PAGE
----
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Cochise County hires elections director who has spread election misinformation

Republican supervisors of the southern Arizona county said they were not concerned that Bob Bartelsmeyer shared posts falsely claiming the 2020 presidential vote was rigged.

man walks on street
A man walks along Main Street in Bisbee. Cochise County has hired Bob Bartelsmeyer, who repeatedly spread false claims about widespread election fraud, as its new elections director. (Brian van der Brug / Los Angeles Times via Getty Images)

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An Arizona county that refused to certify the 2022 election has hired a new elections director who repeatedly spread false claims about widespread election fraud.

The Cochise County Board of Supervisors on Tuesday voted 2-1 to hire Bob Bartelsmeyer, La Paz County’s elections director for the past year, to run the county’s elections, after he was chosen by Republican Recorder David Stevens. Republican Supervisors Tom Crosby and Peggy Judd voted yes and Democrat Ann English voted no. 

Election officials across the state are resigning in part because of harassment linked to election misinformation. But the Republican supervisors indicated they weren’t concerned that Bartelsmeyer had repeatedly shared posts on Facebook baselessly saying that the 2020 election was rigged against Donald Trump, as Votebeat first reported on Monday.

The half-dozen county residents who spoke at the meeting Tuesday said they were opposed to hiring him. Nearly all of them said they were concerned about Bartelsmeyer’s Facebook posts because they want their elections director to increase faith in the county’s elections, not make the situation worse. Two specifically said their concerns stemmed from the posts that were first reported by Votebeat on Monday.  

“Think about it. Our elections director would be responsible for upholding Cochise County’s election integrity when he has maligned the integrity of hundreds, if not thousands, of election directors across the nation who assured their voters that they had correctly counted the votes of their voters,” said Jeff Sturges, a Sierra Vista resident.

Stevens selected Bartelsmeyer after the supervisors gave Stevens more control over the county’s elections in February. In Arizona, state law typically separates election duties between an elections director who oversees Election Day and ballot counting, and a recorder who oversees early voting.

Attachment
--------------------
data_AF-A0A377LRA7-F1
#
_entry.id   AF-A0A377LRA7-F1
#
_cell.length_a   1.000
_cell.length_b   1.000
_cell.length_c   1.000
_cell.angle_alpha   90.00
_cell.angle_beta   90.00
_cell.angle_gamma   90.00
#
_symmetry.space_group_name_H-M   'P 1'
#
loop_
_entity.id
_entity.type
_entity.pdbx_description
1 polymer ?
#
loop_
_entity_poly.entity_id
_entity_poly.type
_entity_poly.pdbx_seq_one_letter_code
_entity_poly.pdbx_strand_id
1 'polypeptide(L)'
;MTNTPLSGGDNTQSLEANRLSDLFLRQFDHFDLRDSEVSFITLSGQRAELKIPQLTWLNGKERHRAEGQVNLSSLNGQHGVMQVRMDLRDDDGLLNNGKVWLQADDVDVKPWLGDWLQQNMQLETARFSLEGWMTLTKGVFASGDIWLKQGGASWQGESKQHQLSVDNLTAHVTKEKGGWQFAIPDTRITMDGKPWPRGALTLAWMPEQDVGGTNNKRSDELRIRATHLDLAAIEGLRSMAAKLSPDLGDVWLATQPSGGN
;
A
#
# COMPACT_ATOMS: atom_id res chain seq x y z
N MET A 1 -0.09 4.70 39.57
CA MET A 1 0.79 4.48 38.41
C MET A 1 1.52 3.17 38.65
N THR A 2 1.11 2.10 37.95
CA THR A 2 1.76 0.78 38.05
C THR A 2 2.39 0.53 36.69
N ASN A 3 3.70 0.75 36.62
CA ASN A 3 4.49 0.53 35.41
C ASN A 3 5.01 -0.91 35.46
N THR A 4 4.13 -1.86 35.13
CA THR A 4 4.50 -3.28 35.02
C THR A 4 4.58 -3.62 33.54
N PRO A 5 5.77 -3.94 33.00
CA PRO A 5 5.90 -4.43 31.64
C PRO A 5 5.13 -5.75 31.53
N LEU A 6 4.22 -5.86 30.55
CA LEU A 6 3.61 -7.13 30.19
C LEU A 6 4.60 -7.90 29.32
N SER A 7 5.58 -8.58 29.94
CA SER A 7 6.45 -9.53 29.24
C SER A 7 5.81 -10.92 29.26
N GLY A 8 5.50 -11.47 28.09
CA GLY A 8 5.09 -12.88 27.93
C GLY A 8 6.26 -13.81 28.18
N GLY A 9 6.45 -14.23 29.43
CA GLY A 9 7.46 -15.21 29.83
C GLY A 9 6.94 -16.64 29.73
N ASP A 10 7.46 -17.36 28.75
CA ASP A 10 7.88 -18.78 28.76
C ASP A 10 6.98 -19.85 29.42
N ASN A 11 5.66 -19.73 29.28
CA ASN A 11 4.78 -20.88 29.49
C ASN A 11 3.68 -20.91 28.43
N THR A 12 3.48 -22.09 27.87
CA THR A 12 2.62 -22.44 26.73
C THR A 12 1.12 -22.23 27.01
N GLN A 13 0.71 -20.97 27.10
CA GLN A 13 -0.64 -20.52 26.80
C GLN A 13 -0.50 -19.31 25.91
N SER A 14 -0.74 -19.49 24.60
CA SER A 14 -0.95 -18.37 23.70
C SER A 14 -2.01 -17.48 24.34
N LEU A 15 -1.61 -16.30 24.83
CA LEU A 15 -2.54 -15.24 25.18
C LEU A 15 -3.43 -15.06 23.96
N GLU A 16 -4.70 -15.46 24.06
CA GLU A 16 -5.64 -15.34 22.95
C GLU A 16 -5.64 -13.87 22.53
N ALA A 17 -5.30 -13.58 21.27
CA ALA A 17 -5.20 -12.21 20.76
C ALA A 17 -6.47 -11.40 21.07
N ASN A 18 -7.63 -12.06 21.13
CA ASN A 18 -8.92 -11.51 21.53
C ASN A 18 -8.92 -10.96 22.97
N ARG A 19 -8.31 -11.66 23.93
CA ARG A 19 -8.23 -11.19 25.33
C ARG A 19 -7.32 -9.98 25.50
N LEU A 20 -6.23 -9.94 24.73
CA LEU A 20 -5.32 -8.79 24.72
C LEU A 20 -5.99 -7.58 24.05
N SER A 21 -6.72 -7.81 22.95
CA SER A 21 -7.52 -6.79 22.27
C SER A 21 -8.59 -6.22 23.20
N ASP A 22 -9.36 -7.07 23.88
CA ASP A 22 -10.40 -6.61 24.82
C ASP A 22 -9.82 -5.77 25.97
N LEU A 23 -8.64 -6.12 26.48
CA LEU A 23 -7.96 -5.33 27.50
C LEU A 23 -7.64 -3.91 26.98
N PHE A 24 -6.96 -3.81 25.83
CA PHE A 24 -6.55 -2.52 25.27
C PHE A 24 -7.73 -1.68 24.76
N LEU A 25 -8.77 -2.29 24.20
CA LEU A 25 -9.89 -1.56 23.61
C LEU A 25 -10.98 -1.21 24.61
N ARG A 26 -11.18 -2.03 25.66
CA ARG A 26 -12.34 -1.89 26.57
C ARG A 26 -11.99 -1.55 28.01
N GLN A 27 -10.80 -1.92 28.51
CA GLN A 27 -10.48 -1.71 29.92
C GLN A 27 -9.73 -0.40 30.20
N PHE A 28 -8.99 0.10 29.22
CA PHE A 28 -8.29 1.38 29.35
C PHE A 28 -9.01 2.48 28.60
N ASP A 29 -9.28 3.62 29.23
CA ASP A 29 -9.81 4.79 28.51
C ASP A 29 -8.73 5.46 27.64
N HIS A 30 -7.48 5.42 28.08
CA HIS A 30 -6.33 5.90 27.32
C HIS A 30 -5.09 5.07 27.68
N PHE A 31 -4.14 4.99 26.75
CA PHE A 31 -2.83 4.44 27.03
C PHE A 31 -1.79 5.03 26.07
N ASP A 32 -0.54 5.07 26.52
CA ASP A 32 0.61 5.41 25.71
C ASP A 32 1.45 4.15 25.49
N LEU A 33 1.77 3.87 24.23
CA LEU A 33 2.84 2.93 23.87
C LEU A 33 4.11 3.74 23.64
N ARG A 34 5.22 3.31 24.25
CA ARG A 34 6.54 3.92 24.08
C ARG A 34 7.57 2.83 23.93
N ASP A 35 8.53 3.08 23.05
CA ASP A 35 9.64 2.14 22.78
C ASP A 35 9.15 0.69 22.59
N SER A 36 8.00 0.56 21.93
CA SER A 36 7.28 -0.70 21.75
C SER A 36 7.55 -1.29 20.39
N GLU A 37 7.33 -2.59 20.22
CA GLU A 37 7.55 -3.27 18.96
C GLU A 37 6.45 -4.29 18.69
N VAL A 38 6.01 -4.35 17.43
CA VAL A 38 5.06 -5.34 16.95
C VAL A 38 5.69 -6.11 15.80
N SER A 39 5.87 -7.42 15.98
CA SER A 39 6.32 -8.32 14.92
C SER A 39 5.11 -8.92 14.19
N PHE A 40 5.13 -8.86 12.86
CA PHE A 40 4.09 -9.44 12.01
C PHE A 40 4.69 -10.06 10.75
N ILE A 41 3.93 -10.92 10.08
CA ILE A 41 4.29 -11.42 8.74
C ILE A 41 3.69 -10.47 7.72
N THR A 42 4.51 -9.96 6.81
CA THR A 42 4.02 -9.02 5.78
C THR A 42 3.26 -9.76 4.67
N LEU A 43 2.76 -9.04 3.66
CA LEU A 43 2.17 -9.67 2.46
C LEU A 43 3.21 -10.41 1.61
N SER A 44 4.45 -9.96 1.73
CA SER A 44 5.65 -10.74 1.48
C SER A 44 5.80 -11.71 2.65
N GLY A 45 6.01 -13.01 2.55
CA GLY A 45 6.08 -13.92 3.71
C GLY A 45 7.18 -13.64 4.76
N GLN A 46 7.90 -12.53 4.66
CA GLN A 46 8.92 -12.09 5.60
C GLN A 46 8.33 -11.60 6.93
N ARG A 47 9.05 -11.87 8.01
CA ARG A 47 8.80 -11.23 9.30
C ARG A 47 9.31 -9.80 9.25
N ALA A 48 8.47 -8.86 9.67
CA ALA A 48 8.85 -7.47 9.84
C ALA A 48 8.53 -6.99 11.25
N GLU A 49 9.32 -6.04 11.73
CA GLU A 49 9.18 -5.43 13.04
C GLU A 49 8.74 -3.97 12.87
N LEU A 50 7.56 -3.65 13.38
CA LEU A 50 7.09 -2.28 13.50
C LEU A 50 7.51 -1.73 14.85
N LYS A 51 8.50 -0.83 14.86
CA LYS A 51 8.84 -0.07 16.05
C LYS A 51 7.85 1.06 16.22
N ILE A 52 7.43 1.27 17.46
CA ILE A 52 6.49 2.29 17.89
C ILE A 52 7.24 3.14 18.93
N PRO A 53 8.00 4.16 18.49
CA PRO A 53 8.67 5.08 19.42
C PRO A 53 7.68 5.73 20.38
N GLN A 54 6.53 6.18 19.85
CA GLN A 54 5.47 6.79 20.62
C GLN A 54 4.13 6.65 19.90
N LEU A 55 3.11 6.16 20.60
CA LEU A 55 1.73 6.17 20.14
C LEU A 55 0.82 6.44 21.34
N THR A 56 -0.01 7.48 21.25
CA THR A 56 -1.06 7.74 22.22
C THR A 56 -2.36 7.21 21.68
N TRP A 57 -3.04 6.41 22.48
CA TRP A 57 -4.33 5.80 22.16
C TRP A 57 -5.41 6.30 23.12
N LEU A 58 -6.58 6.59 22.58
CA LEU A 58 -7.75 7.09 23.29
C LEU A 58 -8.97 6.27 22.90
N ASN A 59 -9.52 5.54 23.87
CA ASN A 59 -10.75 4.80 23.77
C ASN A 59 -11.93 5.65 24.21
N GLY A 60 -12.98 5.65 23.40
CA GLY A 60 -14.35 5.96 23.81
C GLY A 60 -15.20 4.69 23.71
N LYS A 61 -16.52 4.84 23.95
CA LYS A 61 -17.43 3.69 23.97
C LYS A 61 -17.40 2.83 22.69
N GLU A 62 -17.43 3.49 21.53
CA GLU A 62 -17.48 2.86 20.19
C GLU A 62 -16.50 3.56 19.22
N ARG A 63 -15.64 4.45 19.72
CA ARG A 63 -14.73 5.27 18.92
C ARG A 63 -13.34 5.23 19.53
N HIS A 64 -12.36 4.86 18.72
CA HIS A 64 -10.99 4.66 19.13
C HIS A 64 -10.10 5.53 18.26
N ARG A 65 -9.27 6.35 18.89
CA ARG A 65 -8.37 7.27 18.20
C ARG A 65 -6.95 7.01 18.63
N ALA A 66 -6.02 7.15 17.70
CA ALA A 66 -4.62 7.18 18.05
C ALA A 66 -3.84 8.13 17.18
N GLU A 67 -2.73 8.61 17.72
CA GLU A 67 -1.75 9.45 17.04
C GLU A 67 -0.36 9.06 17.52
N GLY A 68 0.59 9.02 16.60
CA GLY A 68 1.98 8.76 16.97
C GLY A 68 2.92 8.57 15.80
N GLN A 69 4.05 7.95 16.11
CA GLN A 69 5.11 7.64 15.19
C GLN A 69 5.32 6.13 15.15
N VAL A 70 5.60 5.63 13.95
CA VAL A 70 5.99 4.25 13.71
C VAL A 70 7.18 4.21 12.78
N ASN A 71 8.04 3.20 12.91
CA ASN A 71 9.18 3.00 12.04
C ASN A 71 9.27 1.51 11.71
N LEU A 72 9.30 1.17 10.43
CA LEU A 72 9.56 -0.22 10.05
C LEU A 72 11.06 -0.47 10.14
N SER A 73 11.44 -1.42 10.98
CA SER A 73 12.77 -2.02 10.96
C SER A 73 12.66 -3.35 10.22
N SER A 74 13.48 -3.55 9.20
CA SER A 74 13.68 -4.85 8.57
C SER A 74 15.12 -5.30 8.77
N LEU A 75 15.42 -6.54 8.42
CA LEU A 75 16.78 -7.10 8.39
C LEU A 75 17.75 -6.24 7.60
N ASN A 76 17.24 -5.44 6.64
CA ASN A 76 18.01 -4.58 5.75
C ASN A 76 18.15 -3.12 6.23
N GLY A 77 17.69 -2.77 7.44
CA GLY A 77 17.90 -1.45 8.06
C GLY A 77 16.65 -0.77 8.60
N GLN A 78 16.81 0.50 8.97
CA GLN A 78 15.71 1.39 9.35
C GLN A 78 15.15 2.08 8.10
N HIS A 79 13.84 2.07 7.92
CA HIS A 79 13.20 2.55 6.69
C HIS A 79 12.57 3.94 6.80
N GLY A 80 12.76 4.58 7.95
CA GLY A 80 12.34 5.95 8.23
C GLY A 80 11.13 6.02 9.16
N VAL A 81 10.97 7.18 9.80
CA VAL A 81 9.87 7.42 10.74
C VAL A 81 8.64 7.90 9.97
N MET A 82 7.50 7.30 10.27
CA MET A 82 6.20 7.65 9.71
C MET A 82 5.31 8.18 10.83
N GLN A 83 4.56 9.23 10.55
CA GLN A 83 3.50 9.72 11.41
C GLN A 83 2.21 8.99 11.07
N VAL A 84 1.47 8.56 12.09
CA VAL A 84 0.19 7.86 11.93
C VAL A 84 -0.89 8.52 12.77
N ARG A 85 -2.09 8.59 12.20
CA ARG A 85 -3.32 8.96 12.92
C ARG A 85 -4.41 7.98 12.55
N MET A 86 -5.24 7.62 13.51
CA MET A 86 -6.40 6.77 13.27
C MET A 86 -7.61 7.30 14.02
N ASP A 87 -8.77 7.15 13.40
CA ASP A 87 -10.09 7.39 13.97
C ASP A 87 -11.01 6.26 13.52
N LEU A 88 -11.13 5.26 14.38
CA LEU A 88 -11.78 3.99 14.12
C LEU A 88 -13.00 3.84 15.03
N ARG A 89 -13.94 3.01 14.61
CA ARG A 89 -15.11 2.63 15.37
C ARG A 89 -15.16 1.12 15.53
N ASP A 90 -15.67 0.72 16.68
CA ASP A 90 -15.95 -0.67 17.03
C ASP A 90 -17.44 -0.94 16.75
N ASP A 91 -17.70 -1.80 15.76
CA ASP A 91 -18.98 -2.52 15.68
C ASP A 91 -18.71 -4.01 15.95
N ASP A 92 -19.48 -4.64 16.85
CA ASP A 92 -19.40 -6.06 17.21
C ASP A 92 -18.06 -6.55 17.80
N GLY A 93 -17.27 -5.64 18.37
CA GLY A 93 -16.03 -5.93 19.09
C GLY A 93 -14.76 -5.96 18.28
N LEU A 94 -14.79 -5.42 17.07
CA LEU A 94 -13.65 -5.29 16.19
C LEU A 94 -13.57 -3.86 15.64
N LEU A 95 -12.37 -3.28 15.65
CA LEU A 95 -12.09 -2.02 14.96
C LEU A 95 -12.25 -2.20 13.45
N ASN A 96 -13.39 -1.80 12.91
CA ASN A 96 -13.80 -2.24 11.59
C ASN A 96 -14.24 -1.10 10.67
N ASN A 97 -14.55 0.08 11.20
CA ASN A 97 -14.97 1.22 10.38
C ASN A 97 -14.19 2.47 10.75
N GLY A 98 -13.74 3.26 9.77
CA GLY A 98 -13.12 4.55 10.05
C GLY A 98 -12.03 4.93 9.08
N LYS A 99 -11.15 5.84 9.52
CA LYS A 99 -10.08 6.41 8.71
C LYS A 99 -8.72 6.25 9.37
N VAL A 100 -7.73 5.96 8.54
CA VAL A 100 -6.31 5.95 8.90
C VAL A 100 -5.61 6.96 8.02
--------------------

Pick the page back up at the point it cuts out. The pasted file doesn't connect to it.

The county’s prior elections director, Lisa Marra, resigned shortly before that, claiming that she was maligned and harassed when she refused to move forward with the supervisors’ plan to illegally hand count all ballots cast in the November election. A judge had to force the supervisors to certify the county’s election after they said they had concerns with the security of ballot tabulation machines.

Bartelsmeyer has decades of experience administering elections. Prior to his hiring a year ago in La Paz — a rural county in western Arizona — Bartelsmeyer said he ran or worked in elections in Mohave County and counties in Missouri, Florida, and New Mexico. 

Asked to speak at the meeting Tuesday, Bartelsmeyer emphasized his experience as a rebuttal to a few residents who had said they didn’t believe he wasn’t experienced enough for the job.

“I have over 30 years of experience,” he said. “Can you tell me who has more experience? I doubt you can find one.”

Stevens said that two other people applied for the job but neither had any experience as an elections director. 

On Bartelsmeyer’s job application, when asked if Cochise County could contact his most recent employers in La Paz County; Doña Ana County, New Mexico; and Palm Beach County, Florida, Bartelsmeyer said no. English and multiple residents pointed this out at the meeting.

“Did it not send up any red flags that this person did not want you to contact any former employers?” English said.

Stevens said it didn’t raise red flags for him because he, too, has exercised that option on job applications. “It never crossed my mind that something was wrong,” he said.

Bartelsmeyer did not address this when he spoke, other than telling the supervisors they should ask La Paz County about his time there. “You will understand and find out that I was the most transparent elections director, and I have high marks from the county administrator who supervised me, all three board members of the supervisors, the county attorney and also the clerk of the board.”

He emphasized that he was not in an elections director position from 2016 to 2021, a period that includes the times he posted political opinions about the 2020 election on his personal Facebook page. But his page shows that he has posted his political opinions since then, and since being hired by La Paz County.

He said he wants transparency and integrity in elections. 

“I want things right,” he said. “If I see something wrong, I will spell it out to you. I want to be honest and fair in every election.”

Jen Fifield is a reporter for Votebeat based in Arizona. Contact Jen at

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